5. You may notice that your heart rate speeds up at first.  Don’t panic or give up.  Your body is not used to calming itself down, and is simply adjusting.  After a few cycles of inhaling and exhaling, you should notice your heart rate begin to relax. 
  6. If you begin to get distracted or thoughts pop into your mind, simply notice they are there and then come back to focus on the breath
Source URL: http://goodrelaxation.com/2015/05/deep-breathing-for-headaches/

Source URL: http://goodrelaxation.com/2015/05/deep-breathing-for-headaches/

See if you can practice doing four or five deep belly breaths a day.  Then see if you can work your way up to thirty seconds at a time.  Then maybe a minute.  Eventually, you will be able to sit in this space with your breath for a long period of time.

Being able to tap into your breath to find a calm, centered space, no matter where you are, is an invaluable resource.  This diaphragmatic breathing essentially turns off your sympathetic nervous system and turns on your parasympathetic nervous system (Hunt, 2016). 

This is not to say that you will never feel stressed again, or that you will never experience the fight-flight-or-freeze response.  But using deep belly breathing can help you to calm your body down and lessen the biological reaction to a stressful situation.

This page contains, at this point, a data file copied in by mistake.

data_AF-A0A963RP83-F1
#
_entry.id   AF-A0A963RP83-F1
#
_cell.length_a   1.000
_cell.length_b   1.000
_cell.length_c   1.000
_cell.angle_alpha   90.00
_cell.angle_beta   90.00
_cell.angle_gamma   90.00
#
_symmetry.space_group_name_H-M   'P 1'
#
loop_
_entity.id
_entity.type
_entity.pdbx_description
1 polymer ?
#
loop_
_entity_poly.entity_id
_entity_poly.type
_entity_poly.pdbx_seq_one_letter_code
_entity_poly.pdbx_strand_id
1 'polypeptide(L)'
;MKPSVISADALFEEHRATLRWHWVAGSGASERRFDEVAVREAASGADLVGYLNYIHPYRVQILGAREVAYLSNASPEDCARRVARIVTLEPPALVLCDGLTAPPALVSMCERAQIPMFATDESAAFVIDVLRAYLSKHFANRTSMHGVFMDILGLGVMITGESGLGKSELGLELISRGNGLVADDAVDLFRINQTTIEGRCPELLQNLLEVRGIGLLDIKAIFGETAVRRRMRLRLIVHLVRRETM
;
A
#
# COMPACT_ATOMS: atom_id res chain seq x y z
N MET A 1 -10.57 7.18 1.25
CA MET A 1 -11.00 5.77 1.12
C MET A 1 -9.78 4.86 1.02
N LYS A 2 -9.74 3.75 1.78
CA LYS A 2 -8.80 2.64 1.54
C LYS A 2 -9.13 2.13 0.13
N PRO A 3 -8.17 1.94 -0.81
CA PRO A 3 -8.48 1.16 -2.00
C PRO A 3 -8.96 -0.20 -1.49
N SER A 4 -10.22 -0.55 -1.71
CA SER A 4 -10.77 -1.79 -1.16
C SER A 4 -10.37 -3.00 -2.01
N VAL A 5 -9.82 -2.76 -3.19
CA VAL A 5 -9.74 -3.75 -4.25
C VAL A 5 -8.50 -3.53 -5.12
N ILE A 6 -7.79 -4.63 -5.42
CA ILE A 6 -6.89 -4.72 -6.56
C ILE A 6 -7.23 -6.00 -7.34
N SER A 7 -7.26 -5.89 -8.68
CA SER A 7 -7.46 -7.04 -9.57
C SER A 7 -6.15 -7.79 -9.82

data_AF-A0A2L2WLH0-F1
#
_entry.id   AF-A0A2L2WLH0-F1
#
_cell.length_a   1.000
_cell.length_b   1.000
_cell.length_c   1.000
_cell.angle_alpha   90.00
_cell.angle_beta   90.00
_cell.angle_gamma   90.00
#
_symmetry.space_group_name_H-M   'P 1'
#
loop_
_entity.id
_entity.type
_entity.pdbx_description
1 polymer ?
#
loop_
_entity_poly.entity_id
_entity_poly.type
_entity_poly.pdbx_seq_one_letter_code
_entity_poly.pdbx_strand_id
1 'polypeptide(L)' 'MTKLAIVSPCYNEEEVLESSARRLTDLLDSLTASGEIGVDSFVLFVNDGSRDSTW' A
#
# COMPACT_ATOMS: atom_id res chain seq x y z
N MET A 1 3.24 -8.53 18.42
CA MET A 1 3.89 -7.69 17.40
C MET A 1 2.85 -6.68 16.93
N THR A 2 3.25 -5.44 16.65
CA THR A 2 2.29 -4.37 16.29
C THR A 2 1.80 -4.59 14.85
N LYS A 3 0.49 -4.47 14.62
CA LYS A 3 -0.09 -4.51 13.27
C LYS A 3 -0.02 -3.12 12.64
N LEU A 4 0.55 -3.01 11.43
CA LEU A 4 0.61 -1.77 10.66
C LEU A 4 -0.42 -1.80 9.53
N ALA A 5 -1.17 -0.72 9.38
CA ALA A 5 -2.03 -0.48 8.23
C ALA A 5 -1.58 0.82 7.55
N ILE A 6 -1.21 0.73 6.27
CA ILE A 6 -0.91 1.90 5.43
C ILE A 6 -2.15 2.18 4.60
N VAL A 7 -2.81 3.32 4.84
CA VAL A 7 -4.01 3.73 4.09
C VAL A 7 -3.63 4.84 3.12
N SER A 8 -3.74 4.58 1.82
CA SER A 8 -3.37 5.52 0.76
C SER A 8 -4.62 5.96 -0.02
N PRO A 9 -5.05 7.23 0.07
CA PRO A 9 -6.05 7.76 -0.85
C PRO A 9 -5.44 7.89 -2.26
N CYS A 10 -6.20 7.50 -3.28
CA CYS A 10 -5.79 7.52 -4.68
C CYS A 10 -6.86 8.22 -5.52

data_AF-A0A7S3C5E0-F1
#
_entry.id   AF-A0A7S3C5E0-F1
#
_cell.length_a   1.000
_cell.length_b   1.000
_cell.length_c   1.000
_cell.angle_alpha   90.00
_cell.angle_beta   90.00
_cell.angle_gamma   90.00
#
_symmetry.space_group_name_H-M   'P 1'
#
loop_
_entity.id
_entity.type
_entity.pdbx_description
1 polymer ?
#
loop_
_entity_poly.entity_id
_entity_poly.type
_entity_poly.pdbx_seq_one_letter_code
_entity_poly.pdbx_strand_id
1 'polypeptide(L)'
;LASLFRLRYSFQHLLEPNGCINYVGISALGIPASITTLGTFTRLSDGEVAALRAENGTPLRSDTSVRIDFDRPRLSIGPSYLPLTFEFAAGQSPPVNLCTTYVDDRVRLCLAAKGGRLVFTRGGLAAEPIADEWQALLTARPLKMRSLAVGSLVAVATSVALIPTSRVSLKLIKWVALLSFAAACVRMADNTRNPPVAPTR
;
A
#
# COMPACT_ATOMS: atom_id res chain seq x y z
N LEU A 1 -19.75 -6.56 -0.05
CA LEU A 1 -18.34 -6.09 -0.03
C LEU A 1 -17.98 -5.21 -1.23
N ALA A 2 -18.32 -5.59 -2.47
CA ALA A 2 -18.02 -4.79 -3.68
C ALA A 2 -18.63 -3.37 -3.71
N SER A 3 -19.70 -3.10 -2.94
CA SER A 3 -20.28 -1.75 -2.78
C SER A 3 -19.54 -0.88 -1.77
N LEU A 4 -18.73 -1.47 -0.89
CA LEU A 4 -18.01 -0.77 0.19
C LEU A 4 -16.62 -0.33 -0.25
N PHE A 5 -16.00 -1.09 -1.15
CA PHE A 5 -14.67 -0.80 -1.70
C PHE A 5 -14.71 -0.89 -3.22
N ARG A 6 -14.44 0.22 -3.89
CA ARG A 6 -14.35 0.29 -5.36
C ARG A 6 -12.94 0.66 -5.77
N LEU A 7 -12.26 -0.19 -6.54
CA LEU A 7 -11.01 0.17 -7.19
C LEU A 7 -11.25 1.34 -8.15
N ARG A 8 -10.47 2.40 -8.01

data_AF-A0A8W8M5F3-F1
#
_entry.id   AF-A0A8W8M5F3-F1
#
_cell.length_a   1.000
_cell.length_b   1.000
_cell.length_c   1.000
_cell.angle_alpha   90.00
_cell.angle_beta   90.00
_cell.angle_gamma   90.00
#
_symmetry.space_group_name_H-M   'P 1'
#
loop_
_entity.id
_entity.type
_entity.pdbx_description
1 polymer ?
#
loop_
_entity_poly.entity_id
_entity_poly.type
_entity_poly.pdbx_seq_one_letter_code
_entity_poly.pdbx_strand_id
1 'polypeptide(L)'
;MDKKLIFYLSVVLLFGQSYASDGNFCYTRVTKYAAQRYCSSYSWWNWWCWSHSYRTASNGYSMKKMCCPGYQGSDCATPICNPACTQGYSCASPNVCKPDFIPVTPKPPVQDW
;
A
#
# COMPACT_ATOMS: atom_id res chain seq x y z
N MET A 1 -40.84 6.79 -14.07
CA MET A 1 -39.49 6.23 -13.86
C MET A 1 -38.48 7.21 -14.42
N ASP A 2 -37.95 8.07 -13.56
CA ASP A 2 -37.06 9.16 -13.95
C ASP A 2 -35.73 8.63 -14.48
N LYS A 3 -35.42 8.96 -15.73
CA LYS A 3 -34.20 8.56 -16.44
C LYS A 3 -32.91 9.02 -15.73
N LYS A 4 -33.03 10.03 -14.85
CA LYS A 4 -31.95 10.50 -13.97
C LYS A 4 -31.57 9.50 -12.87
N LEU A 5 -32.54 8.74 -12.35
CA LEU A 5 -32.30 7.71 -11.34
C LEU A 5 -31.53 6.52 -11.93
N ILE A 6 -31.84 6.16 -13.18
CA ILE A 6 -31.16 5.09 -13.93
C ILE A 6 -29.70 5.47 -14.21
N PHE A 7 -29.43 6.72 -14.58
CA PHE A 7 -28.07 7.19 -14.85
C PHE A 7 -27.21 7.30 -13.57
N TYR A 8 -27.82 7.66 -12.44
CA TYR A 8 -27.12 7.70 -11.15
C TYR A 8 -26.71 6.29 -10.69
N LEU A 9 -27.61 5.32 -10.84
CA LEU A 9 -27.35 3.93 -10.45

CSAM IS HERE TO HELP

If you or someone you love might benefit from acceptance and commitment therapy (ACT), cognitive behavioral therapy (CBT), or biofeedback for anxiety, depression, stress, or PTSD, or if you would like more information about our therapy services, please contact us at (858) 354-4077 or at csamsandiego@gmail.com.

REFERENCES:

Hunt, M. G. (2016). Reclaim your life from IBS: A scientifically proven plan for relief without restrictive diets. Toronto, ON: Sterling Publishing Co., Inc.

McGonigal, K. (2013, June). Kelly McGonigal: How to make stress your friend [Video File].  Retrieved from: https://www.ted.com/talks/kelly_mcgonigal_how_to_make_stress_your_friend?language=e

Five Research-Backed Ways to Reconnect With Your Well-Being

Jill Stoddard

Feeling off-balance or disconnected from your well-being? There are many ways to reconnect -- here are just 5 research-backed practices that may help you cultivate a state of wellness.

Read More

Part I: Thriving through the Embrace of Life: To Thrive or to Suffer

Jill Stoddard

Part I

Thriving through the Embrace of Life:

To Thrive or to Suffer

By Lauren Helm, M.A.

 

“My mission in life is not merely to survive, but to thrive; and to do so with some passion, some compassion, some humor, and some style” ― Maya Angelou

 

If you were to ask yourself, “Am I thriving in life?” what would your honest answer be?  Is there a palpable fullness, or a vibrant, colorful aliveness that paints the story of your life? There are as many different ways to thrive as there are individuals on the planet, and each person likely has a unique story to tell about what thriving means to them. What does thriving mean to you? You may not have a ready answer, but perhaps you have a general sense of what the experience is like when you are living a life that is full, satisfying, and meaningful to you. Is the experience of moving forward in life in a deeply satisfying way your current reality? Or do you only catch glimpses or taste brief moments of thriving, without being able to maintain this as a steady flow? These are challenging and potentially uncomfortable questions to ask yourself.  It may seem that living a truly vital life is without reach, where it is possible for others to attain it, but you cannot.  

“Pain is universal, suffering is optional.”